EMSA annual overview of marine casualties and incidents 2020 publication


(www.MaritimeCyprus.com) The figures are presented in this publication to provide a general overview of the safety of maritime transport when it comes to European interests. This publication covers the period from 1 January 2014 to 31 December 2019 and contains statistics on marine casualties and incidents which:

  • involve ships flying a flag of one of the EU Member States;
  • occur within EU Member States’ territorial sea or internal waters as defined in UNCLOS; or
  • involve other substantial interests of EU Member States.

The year 2019 appeared to have been a positive year considering the improvement or stabilisation of some indicators, such as the number of ships lost, fatalities and injuries.
A number of 3062 occurrences were reported in 2019. A reduction of 200 casualties in comparison with the year 2018 was recorded. The total number of occurrences stored in the EMCIP database has grown to 19500 over 2014-2019. This represents an average of 3236 marine casualties or incidents per year over the period.

A total of 106 very serious casualties reported in 2018, which corresponded to an increase of 68% in comparison with 2017, while the total number decreased back to 63 in 2019. A similar evolution regarding the number of ships lost was noted: after a peak in 2018, a decrease in 2019 was recorded, with 21 ships lost.

During the 2014-2019 period, 320 accidents resulted in a total of 496 lives lost. After a continuous important decrease from 2015 to 2017, a limited increase was recorded for the years 2018 and 2019. 88.3% of the victims were crew members. Fatalities mainly occurred during collisions.

When the event is limited to persons, falls were the main cause for losses of life. The main event resulting in fatalities was collisions when it related to a ship and falls when it related to persons.

Over the period 2014-2019, 6210 injuries were recorded, corresponding to 5424 accidents. Again, crew members represent the main category of persons injured at sea with 79.3% of the victims.

In 2019, apart from the passenger ships and, to some extent, the fishing vessels, the number of all other types of ships involved in casualties and incidents recorded a reduction. The same trend was noted over the period 2014-2019.

In 2019, 1382 cargo ships were involved in marine casualties or incidents that resulted in 19 fatalities. It is to be noticed that only one cargo ship was lost.

With a total of 91, fishing vessels remain the category of ships with the highest number of ships lost over the 2014-2019 period. In 2019 the number of occurrences involving fishing vessels slightly increased; however, the number of ships lost reduced to 14 (in comparison with 16 in 2018) and the number of injuries stabilised at 220.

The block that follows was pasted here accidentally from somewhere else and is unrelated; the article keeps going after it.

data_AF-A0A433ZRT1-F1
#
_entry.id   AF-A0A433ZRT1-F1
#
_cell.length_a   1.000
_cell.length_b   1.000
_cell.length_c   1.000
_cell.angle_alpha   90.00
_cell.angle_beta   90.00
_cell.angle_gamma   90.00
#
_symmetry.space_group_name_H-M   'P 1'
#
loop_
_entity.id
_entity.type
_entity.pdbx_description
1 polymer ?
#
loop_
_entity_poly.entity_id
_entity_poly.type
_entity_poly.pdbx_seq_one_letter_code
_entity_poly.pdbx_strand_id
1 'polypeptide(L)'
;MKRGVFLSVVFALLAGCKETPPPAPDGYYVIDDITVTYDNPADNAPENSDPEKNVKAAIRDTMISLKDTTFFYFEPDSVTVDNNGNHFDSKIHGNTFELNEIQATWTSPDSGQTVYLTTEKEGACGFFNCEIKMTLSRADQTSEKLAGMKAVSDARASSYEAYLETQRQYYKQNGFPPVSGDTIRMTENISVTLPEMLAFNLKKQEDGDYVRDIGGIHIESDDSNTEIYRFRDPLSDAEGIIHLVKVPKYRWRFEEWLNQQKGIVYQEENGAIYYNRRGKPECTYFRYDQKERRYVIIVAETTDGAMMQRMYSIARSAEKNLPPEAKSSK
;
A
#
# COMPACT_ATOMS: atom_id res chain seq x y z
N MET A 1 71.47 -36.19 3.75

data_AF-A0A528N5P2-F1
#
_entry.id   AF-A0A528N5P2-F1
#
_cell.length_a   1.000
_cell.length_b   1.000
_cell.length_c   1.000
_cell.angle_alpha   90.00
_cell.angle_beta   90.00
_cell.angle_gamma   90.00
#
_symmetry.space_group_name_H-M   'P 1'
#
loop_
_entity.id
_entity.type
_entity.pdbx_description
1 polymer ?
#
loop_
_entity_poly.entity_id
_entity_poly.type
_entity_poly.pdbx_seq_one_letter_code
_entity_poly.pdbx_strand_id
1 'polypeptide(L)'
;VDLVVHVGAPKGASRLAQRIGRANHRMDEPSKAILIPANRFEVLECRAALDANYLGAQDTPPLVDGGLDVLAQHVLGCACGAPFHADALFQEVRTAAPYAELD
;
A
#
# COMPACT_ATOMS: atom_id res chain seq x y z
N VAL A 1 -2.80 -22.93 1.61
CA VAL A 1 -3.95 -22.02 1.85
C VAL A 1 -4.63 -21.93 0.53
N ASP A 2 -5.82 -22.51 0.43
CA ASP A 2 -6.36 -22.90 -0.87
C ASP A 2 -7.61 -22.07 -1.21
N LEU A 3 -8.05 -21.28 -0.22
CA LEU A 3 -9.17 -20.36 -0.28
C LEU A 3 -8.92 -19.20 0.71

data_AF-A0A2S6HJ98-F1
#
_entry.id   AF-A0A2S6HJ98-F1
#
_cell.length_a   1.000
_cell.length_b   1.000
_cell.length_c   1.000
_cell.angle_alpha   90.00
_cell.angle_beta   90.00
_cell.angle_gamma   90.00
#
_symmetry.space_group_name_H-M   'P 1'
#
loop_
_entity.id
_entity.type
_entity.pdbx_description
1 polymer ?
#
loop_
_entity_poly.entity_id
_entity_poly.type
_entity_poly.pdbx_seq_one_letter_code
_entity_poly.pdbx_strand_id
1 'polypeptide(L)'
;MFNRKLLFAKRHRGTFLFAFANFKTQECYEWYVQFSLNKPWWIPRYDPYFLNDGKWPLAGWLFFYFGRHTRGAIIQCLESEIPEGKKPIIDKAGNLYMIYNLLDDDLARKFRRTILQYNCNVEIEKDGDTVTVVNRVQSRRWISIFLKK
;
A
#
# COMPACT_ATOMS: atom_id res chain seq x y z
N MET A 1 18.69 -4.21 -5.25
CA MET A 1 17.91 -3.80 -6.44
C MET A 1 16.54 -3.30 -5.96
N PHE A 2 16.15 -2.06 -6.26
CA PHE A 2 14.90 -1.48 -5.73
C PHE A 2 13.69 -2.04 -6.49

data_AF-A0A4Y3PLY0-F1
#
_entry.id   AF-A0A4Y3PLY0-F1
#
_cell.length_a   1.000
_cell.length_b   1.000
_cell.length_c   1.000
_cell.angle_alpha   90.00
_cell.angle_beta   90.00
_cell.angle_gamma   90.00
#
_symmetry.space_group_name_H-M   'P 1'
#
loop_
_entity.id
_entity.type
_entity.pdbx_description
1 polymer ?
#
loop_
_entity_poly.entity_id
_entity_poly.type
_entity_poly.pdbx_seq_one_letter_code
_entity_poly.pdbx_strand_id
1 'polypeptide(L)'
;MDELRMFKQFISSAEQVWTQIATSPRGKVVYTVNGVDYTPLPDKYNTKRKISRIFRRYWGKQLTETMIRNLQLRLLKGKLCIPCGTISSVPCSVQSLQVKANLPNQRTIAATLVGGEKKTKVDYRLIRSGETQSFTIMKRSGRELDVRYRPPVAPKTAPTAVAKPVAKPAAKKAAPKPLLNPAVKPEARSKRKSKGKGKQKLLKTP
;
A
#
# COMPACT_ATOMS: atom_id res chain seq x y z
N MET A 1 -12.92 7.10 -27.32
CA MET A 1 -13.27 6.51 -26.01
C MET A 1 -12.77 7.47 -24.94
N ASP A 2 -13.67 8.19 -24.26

Almost half of the casualties that occurred onboard a passenger ship involved a Ro/Ro passenger ship, also known as “ferries”. One passenger ship was lost in 2019; the number of fatalities and injuries has nevertheless seen a decreasing trend since 2014.

In 2018, 2 service ships were lost. While the number of injuries continued to decrease since 2015, the number of fatalities increased significantly in 2019 due to the loss of the Bourbon Rhodes, when 4 persons lost their lives, and 7 persons went missing.

In 2019, 60 ships of other types involved in marine casualties and incidents, mainly recreational motorboats and sailing boats. 3 ships were lost, and 7 fatalities were reported.

Accidents of navigational nature, such as contacts, grounding/stranding and collision
encountered for 44% of all occurrences related to the ship. It was however noted that the main type of accident to a ship was the loss of propulsion power, which counted for 21.8%.

Regarding occurrences to person(s), 37% were attributed to slipping, stumbling and falling of persons. Among the falls, 10% were fall overboard.

The departure phase appeared to be the safest phase of a voyage and the en-route portion the most unsafe. It was noted that half of the casualties occurred in internal waters, more precisely in port areas.

EU Member States investigation bodies have launched 833 investigations over the 2014-2019 period and 686 reports have the status “finished”. From 1801 accident events (i.e. underlying causes) analysed during safety investigations, 54% were attributed to Human Action. More than 2200 actions were taken, or safety recommendations issued. 63.9% related to ship related procedures, in particular for the operation of ships.

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Source: EMSA



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